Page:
Question: When To Change Churches?

Anonymous asked:

I’m wondering how you can know if a church isn’t right for you or not.

While I don’t want to paint this into a formula, I understand both extremes we swing to when it comes to our home-church.  On one hand we want to loyally persevere through the rough seasons no matter what, but on the other hand there are legit reasons for moving on to a different church. 

Please know this is a very, very, very serious decision.  The body of Christ should never be full of church-hopping consumers that leave at the first sign of trouble.  We shouldn’t upgrade to bigger-brighter-funnier-cooler just because our home church is not “modernizing.”  There are all kinds of wrong motives to leave.  We are called to endure in a community with uniquely diverse church members that will offend us, will go against the grain, and will not always meet our picky preferences. 

At the same time, if you’ve been there for a decade and have really given it your all, there should be NO shame or guilt in moving on if you feel called.

Here are perhaps some guidelines to think through before making such a big decision.

1) Talk to your pastor about all your grievances.

Surely there are some issues you can bring to your pastor.  It would be a disservice to withhold that information.  His reaction can range from bewildered to depressed to punching walls to wailing, but it’s still a courtesy to let him know what’s happening. 

Usually when a church member tells me that he or she wants to leave, we work through all the reasons to see if it’s not just a temporary phase.  When I hear, “I’m not growing anymore,” that can be a cover for something else.  More often than not, we come to agreements about what is fluff and what should change. Some of these conversations are the best I’ve ever had — we break through walls and sometimes find even deeper heart-issues that were never confronted.  About 95% of the time, the church itself is NOT the issue.

If there’s a language barrier or your pastor is unwilling to meet, at least find a leader or elder or deacon in the church.  Be honest with someone.

2) Don’t leave angry.

I understand that the church can hurt you.  Whether on purpose or by accident, it happens.  Inevitably, when a bunch of weird diverse sinners who would normally never hang out are brought together by Jesus, there will be friction.  But that’s one of the main reasons for church: we grow by messy community.  Yet the growth only happens when we’re honest and when we rip through to a resolution.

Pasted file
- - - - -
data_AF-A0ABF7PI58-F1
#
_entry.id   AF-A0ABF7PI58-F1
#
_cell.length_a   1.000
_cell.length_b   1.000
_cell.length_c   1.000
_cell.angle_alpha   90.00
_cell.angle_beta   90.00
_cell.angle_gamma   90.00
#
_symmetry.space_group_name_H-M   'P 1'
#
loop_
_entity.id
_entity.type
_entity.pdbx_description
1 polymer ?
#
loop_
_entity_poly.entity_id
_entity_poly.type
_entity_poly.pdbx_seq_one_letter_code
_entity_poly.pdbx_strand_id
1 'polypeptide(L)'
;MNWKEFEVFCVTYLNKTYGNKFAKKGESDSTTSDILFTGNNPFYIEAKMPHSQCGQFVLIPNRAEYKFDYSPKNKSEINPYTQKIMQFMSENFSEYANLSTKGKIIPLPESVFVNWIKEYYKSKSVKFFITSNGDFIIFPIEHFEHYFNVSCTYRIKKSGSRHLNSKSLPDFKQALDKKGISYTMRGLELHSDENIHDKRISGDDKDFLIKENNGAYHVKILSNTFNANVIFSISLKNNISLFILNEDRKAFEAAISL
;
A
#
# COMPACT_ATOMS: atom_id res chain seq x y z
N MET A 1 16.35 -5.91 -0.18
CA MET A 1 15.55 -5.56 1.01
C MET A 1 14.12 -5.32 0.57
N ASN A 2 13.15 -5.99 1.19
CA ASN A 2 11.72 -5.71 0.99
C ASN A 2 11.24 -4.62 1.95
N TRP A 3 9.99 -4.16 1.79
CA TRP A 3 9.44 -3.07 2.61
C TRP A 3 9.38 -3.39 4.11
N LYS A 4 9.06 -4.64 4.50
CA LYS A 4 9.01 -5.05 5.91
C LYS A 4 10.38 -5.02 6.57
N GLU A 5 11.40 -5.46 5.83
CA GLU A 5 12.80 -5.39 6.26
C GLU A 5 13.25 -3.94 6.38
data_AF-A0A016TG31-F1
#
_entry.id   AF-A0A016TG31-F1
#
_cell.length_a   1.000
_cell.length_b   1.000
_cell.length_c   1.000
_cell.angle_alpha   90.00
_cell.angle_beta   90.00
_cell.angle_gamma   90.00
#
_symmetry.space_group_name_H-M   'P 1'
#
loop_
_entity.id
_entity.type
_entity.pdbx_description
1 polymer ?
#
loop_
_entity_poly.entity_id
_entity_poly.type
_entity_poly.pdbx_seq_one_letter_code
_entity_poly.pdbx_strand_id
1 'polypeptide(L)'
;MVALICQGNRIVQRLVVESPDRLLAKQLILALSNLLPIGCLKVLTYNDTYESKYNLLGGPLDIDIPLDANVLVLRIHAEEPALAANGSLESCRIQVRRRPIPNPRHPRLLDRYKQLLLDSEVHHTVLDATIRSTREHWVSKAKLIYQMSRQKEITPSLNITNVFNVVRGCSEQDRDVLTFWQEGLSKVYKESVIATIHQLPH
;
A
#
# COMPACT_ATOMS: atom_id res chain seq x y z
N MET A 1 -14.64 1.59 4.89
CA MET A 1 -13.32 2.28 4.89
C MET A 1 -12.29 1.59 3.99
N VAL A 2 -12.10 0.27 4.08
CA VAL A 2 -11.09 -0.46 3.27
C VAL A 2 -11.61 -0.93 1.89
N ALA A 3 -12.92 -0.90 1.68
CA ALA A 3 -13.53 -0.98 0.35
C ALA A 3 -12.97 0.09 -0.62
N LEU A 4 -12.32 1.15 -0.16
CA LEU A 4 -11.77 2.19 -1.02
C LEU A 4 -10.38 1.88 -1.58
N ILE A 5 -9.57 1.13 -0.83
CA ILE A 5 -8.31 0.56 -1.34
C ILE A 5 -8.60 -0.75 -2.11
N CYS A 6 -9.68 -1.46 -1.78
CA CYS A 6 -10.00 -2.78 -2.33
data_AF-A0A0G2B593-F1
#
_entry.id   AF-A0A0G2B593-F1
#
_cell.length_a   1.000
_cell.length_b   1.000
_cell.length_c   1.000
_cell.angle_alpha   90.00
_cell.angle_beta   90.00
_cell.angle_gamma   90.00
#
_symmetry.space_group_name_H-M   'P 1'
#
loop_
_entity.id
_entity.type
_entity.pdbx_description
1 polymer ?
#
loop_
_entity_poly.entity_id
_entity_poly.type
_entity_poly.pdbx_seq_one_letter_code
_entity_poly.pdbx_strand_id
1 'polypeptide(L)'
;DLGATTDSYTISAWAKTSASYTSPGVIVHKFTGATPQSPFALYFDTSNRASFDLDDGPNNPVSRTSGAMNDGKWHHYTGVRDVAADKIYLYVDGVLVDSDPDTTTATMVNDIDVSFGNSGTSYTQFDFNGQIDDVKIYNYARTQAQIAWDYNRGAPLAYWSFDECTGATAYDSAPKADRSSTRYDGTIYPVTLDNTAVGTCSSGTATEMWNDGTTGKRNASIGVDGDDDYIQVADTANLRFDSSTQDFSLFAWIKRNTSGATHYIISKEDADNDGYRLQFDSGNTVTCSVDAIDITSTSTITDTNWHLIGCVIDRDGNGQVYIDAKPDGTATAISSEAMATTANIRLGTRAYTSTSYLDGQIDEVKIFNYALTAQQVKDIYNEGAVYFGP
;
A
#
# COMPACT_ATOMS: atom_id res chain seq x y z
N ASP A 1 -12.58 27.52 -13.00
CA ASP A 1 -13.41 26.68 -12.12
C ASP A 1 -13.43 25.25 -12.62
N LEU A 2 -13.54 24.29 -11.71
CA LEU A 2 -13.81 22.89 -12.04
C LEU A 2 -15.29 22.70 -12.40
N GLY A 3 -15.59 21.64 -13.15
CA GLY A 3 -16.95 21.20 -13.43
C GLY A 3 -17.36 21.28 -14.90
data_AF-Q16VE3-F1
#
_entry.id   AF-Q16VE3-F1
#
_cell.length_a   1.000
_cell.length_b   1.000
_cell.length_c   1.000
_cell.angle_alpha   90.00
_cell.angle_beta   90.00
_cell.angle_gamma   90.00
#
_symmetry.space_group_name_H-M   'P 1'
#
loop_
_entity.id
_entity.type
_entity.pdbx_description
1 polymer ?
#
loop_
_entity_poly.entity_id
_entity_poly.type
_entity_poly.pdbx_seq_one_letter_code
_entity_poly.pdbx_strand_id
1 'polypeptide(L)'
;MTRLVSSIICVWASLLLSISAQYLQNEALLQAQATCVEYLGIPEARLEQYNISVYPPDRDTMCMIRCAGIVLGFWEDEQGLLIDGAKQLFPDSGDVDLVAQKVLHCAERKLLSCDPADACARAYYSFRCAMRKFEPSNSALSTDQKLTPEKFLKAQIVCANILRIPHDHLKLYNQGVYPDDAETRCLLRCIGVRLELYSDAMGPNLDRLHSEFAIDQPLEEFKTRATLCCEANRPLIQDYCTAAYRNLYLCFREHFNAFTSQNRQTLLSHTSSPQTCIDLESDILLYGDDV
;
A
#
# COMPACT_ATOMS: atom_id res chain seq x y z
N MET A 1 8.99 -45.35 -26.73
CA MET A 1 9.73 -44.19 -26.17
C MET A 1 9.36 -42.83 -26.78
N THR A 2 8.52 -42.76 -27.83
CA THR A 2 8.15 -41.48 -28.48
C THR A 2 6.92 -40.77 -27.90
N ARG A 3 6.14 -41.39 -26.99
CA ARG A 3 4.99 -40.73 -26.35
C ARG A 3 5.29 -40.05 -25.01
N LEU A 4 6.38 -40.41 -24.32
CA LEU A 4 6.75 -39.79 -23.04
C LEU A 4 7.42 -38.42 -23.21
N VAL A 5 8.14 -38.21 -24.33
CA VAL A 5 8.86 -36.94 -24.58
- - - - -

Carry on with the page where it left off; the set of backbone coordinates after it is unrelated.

The worst way to go is to leave things unresolved.  Because — you guessed it, it will happen again in your next church.  There are people who come into my church with a whole bombload of info about how the last pastor was horrible, and I always think, “You’re going to say that about us pretty soon, too.”  I’m reminded of those guys who quickly get a divorce, get remarried, and then say, “She reminds me so much of my first wife!” Right.

Check those motives like you’re patting down someone for weapons.  Really dig deep.  If there are grudges, attack them.  If there is anger, do surgery.  If there is conflict, see it through to the awkward end.  There are legit reasons for being angry, so work that out.  But never, ever let anger get a foothold in your heart.

3) You ARE the church, but you’re not your church.

Please hang with me on this point.  I believe that church-identity is super crucial in our walk with Jesus.  Our upbringing, denomination, traditions, rituals, ethnic backgrounds, and even certain symbols are much more important to us than we think.  We are comfortable where we are comfortable.  To leave all that behind is a huge deal, and you will certainly miss it.

So I suggest that you consider branching out without totally leaving your home-church.  Every Tuesday I try to attend a college/young adult service here in Tampa — a very upscale megachurch with 10,000+ — plus I randomly attend other services when I can.  Last year during my two month sabbatical, I attended fourteen different churches. 

Does this make me a church-hopper?  I don’t think so.  As a follower of Jesus, I believe we can stick to our home-church commitments while being part of the larger church body.  This will, in fact, possibly feed your soul for your home-church. 

Of course, you don’t want to stretch yourself thin, nor should you deceive yourself in thinking, “I like this one better … no wait this one … no I’d like it here more.”  If you’re doing the grading-evaluation-rating game, that’s when the consumer-mindset is taking over.  But branching out is NOT blasphemy.  It can be healthy.

4) If you decide to leave, have a plan.

If you’ve given it your best and absolutely nothing changes, start making a plan. 

This might sound strange, but in the same way you find a job before giving your two-weeks notice, consider your options before moving on.  Very carefully.  If you can, talk to the new pastor about why you left the former church, what you expect (without being spoiled), and ask them what they expect. 

It goes without saying: pray like crazy.  Ask for God’s calling on this one.  And if He calls you to a new place, don’t allow guilt or shame to overtake you.  It will hurt, yes, but if you’re all prayed up and you made the right decision, then you shouldn’t walk into the next church with your head hanging.  Ask for God’s protection that Satan wouldn’t twist your guts with guilt, but that you’d be free to joyfully worship.

I’m praying for you here.  I know this is a hurtful decision no matter what kind of great church you find next.  God bless your continuing journey.

2 thoughts on “Question: When To Change Churches?

    1. Agreed! Part 2 on this is coming Wednesday, where I’ll discuss specific reasons we would consider moving on to a new church. That’s never an easy fast decision.


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